Frequent Exposure: Gulf Maritime Safety

In the early hours of June 13, the tankers FRONT ALTAIR and KOKUKA COURAGEOUS, were damaged while exiting the Gulf via the Strait of Hormuz. The United States said it was sabotage, the result of a deliberately planned attack by Iran, because of U.S. sanctions (Washington also blamed Tehran for the previous month’s attack on four tankers off the coast of Fujairah, in the UAE).

The most immediate impact has been on oil prices and the cost of insurance, both of which have jumped (as the region was already Listed by the Joint War Committee when the latest incident occurred, underwriters have been able to respond to the increasing risk much faster this time around). But rising tensions may also have far-reaching implications on maritime safety and security.

The taps stay on

“Prices will go up on all fronts,” says Admiral Sir James Burnell-Nugent, former risk advisor to Shell Shipping, and a former Commander-in-Chief of the Royal Navy. “While the Americans might advise against transits – as they have done before – that cannot last for more than 24 hours as it is very difficult to ‘turn the taps off’.” Burnell-Nugent reckons most operators will continue trading, as there is “safety in numbers”, and that Coalition Navies will likely be drawn in.

 

Crude tankers visited the Gulf more than 5,000 times in the past year; almost two-thirds of them have operated in the Gulf at least once. Source: Windward

 

The data explains why. More than 1,400 crude tankers – almost two-thirds of active crude oil tankers worldwide – have operated in the Gulf at least once in the past year; one-quarter of them visited four or more times. All in, they sailed to the area more than 5,300 times in the past 12 months. On any given day, there around 115 crude oil tankers operating in the Gulf.

In other words, there’s an almost limitless supply of opportunities for would-be saboteurs, though their methods may evolve. “With sanctions in full force,” says Burnell-Nugent, “the Iranians favor political and operational asymmetry as they seek to avoid direct conflict. Information operations are well underway – images, fake news, etc. – and cyber is almost certainly involved, and if not, it soon will be. Moreover, we should expect attacks of various types away from the Straits – so as to disperse politics and countermeasures.”

Trading as usual while reducing exposure

Windward data collected before and after the attacks show a mixed trend on behalf of shipowners. The number of vessels operating at any given moment offshore Fujairah – the biggest transshipment and replenishment hub in the region – remains steady at around 150. What has changed is the amount of time vessels spend there. Our research shows that during the first five months of 2019, ships anchoring off Fujairah did so for an average of 32 hours. Since the attacks last week, this figure has dropped by one-third, to below 22 hours. In other words, shipowners and captains are actively reducing their exposure to the region, while maintaining the same scope of trade.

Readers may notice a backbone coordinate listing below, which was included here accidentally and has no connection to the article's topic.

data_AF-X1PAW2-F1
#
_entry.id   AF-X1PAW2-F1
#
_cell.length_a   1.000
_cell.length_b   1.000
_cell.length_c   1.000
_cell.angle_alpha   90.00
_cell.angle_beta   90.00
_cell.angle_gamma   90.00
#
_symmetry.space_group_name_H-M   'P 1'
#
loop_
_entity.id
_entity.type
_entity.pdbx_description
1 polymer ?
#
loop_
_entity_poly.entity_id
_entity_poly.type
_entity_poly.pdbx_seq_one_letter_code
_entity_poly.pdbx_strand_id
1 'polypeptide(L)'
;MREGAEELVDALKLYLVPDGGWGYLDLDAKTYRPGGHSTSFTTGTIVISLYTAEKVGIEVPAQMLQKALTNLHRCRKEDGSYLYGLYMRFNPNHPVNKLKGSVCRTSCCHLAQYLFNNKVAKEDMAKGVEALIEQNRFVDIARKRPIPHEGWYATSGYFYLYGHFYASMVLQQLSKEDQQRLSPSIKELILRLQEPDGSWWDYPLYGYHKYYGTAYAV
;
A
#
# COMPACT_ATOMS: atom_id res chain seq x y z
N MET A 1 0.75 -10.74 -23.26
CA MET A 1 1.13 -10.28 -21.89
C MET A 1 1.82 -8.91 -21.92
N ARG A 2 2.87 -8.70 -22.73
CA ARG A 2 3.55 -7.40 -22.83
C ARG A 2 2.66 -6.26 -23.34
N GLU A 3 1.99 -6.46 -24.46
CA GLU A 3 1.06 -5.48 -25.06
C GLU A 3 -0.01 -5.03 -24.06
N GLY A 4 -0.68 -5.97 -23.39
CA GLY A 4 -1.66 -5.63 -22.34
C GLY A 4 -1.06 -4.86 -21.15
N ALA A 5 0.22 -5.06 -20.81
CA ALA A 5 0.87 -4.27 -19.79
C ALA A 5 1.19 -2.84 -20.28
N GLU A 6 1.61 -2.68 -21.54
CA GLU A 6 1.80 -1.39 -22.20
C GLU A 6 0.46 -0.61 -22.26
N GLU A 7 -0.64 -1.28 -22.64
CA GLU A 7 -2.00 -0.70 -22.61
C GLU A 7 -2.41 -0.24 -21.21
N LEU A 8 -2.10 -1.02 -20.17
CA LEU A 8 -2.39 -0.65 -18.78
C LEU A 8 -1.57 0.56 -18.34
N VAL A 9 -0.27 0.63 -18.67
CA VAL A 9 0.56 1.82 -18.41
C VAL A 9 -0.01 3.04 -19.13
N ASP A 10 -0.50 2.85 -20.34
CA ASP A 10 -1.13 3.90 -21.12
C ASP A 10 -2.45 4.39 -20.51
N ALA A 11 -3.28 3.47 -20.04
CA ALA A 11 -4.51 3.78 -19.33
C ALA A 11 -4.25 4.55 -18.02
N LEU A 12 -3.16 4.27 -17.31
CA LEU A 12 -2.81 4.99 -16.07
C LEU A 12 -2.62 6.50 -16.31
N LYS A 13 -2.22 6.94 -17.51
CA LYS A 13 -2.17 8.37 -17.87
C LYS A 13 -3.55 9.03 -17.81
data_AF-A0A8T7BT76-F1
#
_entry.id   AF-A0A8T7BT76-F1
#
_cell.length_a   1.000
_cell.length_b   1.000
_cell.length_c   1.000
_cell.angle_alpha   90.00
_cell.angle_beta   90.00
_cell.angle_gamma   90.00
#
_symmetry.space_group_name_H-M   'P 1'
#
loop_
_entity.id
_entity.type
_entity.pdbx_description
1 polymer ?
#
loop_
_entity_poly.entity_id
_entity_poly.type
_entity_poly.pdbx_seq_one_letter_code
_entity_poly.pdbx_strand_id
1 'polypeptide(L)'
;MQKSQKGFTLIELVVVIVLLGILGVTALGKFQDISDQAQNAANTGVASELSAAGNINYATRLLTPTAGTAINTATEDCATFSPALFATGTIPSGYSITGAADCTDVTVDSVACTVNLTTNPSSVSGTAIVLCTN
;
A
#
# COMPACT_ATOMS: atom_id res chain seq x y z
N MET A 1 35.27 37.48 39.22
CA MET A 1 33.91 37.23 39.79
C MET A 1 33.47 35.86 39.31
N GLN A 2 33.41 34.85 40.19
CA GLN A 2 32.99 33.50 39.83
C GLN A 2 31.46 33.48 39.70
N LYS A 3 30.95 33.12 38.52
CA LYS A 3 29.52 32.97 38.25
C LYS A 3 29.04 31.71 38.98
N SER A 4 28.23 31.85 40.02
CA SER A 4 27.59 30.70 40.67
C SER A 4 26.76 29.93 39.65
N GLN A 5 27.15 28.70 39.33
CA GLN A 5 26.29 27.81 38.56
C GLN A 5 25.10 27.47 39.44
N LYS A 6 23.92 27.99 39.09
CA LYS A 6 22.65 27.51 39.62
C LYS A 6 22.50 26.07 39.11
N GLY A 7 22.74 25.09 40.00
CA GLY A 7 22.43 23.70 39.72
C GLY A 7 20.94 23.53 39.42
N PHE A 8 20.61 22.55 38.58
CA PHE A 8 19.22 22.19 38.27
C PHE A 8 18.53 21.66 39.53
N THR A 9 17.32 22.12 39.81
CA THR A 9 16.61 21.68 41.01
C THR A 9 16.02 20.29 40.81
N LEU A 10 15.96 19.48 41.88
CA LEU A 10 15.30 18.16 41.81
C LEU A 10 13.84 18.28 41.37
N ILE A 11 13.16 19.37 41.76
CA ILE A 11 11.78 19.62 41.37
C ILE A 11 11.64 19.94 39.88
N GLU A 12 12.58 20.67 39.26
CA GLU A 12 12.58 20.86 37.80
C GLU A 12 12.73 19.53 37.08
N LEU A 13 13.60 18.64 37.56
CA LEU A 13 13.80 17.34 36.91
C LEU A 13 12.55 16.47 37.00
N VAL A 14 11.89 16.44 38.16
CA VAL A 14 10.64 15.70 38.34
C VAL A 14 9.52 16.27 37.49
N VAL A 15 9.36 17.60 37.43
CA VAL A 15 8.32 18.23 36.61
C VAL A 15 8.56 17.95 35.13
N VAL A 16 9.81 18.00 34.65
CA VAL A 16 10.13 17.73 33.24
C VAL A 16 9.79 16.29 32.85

Tankers are still sailing to the Gulf in similar numbers; they’re just spending much less time there. Source: Windward

 

The best part of a day is, of course, still plenty of time for a vessel to be exposed. But here are some actions that can be taken to mitigate the risk, courtesy of Burnell-Nugent:

  • Get regular updates from security consultants
  • Establish close links with MTO Dubai and get regular updates
  • Get in touch with U.S. Navy in Bahrain for their updates
  • Safer to be underway than at anchor
  • Safer to be going as fast as is safe from the navigation point of view.
  • Small amounts of rudder when underway so the ship gently weaves, will make things more difficult for attackers.
  • Since these attacks seem to be taking place at night, better to transit the Straits in daylight – but be alert for changing patterns of operation
  • Get night vision binoculars if you are underway or at anchor at night
  • Be ready to communicate with coalition warships on VHF.
  • Much as was done with counter-piracy, deploy lookouts at port and starboard bow and quarter of the ship, including when at anchor
  • Have searchlights and cameras ready if anything suspicious is spotted – again at port and starboard bow and quarter of the ship
  • Loud hailer – “You have been spotted and photographed”
  • Do not take action with flares or rockets – this might draw counter-fire
  • Keep calm. Tankers are massive vessels and although they may billow masses of smoke, flames and oil spills, catastrophic explosions or other events are very unlikely. The media and images make things look much, much worse than they actually are.

Dror Salzman is a Customer Success Manager and Senior Analyst at Windward